Now that you have a very short overview of the EEOC and Charge process – let’s get back to whether it is best to file a Charge before hiring an attorney. While there is no definitive answer, as every case is unique, here are some important things to consider before filing a Charge without counsel.
First, you may get a faster resolution without filing a Charge. The EEOC process can take months or even years. Hiring counsel to engage your employer and attempt settlement negotiations can be successful without ever going through the EEOC. You must discuss this idea with counsel as it may be a strategic advantage in some cases but not in others. Keep in mind, there are statutes of limitations involved with your Charge that you must comply with, or you will lose all of your rights to file a lawsuit and recover any remedies, damages, or the ability to settle. Attempting settlement discussions before filing a Charge can only be done if you have time to file your Charge.
Second, did I say Charges must be timely filed? I repeat, you waive all of your rights if you fail to comply with the statute of limitations. Computing the deadline can be tricky if the discrimination, retaliation, or harassment took place over time rather than just being one occurrence. If you miss this deadline, then the employer would be free to ignore you forever regardless of whether it violated your rights. An attorney will calculate and track this time period for you, so you do not miss any deadlines.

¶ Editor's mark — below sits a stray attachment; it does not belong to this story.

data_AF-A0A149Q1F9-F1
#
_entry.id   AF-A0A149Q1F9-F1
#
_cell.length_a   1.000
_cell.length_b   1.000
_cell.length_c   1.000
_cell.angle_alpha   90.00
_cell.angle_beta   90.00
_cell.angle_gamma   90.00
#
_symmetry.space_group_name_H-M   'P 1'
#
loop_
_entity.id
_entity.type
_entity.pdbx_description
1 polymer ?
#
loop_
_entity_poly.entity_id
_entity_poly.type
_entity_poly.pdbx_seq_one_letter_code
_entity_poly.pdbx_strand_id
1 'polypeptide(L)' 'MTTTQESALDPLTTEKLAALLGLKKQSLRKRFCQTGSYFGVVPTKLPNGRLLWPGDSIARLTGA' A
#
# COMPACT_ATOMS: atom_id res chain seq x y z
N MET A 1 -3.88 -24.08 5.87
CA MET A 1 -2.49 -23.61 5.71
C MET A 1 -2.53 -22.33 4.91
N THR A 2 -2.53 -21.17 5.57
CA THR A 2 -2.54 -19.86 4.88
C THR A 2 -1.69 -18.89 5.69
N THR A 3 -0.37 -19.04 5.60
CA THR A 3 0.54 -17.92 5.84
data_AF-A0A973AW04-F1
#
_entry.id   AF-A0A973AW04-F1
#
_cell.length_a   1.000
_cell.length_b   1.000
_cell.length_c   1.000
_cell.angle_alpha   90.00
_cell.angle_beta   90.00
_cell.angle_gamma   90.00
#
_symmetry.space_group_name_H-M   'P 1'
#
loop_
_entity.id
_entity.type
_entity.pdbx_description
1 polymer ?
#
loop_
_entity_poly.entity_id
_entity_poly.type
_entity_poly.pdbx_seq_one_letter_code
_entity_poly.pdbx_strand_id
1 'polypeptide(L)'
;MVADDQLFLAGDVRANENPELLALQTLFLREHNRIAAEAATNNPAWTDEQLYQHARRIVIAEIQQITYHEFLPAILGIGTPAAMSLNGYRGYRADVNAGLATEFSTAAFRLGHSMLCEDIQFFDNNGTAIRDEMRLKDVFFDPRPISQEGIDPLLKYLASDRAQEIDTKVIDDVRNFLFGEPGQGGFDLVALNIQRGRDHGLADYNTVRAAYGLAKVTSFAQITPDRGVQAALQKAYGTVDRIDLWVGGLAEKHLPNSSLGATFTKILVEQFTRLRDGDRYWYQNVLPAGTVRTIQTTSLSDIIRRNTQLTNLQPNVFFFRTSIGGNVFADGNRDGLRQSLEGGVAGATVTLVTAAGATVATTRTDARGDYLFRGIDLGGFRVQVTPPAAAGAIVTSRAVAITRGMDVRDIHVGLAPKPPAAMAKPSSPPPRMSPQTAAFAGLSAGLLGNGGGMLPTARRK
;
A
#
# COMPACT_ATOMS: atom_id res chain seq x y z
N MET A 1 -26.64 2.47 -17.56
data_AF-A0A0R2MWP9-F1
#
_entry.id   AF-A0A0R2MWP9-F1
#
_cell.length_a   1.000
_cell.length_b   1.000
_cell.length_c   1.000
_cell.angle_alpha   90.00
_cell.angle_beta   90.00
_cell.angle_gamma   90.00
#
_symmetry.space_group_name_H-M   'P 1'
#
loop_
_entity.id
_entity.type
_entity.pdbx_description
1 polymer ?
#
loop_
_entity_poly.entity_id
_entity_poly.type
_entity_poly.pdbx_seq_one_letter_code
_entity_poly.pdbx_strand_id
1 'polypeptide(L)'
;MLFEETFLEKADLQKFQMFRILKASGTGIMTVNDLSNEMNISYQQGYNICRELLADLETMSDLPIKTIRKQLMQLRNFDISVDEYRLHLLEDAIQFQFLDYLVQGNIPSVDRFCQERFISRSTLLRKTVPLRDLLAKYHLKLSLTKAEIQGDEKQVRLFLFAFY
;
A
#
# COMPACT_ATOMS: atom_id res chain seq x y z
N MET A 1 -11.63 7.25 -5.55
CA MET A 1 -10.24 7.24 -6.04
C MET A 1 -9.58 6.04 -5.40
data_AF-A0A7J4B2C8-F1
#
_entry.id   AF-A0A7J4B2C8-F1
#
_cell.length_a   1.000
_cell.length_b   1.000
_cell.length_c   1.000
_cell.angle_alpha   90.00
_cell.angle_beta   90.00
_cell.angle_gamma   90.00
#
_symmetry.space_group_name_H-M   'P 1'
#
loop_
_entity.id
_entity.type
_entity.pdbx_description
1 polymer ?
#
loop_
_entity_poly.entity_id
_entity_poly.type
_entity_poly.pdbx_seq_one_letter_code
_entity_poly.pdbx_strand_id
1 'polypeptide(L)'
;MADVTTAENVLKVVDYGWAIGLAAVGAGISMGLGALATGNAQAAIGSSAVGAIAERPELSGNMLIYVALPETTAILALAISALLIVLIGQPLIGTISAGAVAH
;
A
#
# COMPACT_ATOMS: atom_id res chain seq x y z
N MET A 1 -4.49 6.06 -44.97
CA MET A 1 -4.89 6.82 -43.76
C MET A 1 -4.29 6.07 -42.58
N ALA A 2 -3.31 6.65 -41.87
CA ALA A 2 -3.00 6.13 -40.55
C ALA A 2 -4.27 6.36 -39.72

Third, the EEOC enforces federal laws, but Florida has its own civil rights act which has some variations when compared to the Federal Civil Rights Act. And, Florida has its own agency called the Florida Commission on Human Relations (“FCHR”) that enforces the Florida Civil Rights Act. Many times, a Charge is “dual-filed” with both agencies to make sure you preserve your rights under both laws. Additionally, the two agencies have different statutes of limitations which is critical to understand so you do not waive your rights. These are issues counsel would explain to you.
Fourth, even if you file the Charge on time and in the right place(s), the content of your Charge obviously matters. Rather than just spilling your side of the story onto a piece of paper, it is usually best to be concise and explain to the EEOC and/or FCHR what facts or evidence you have to support your claim(s). Like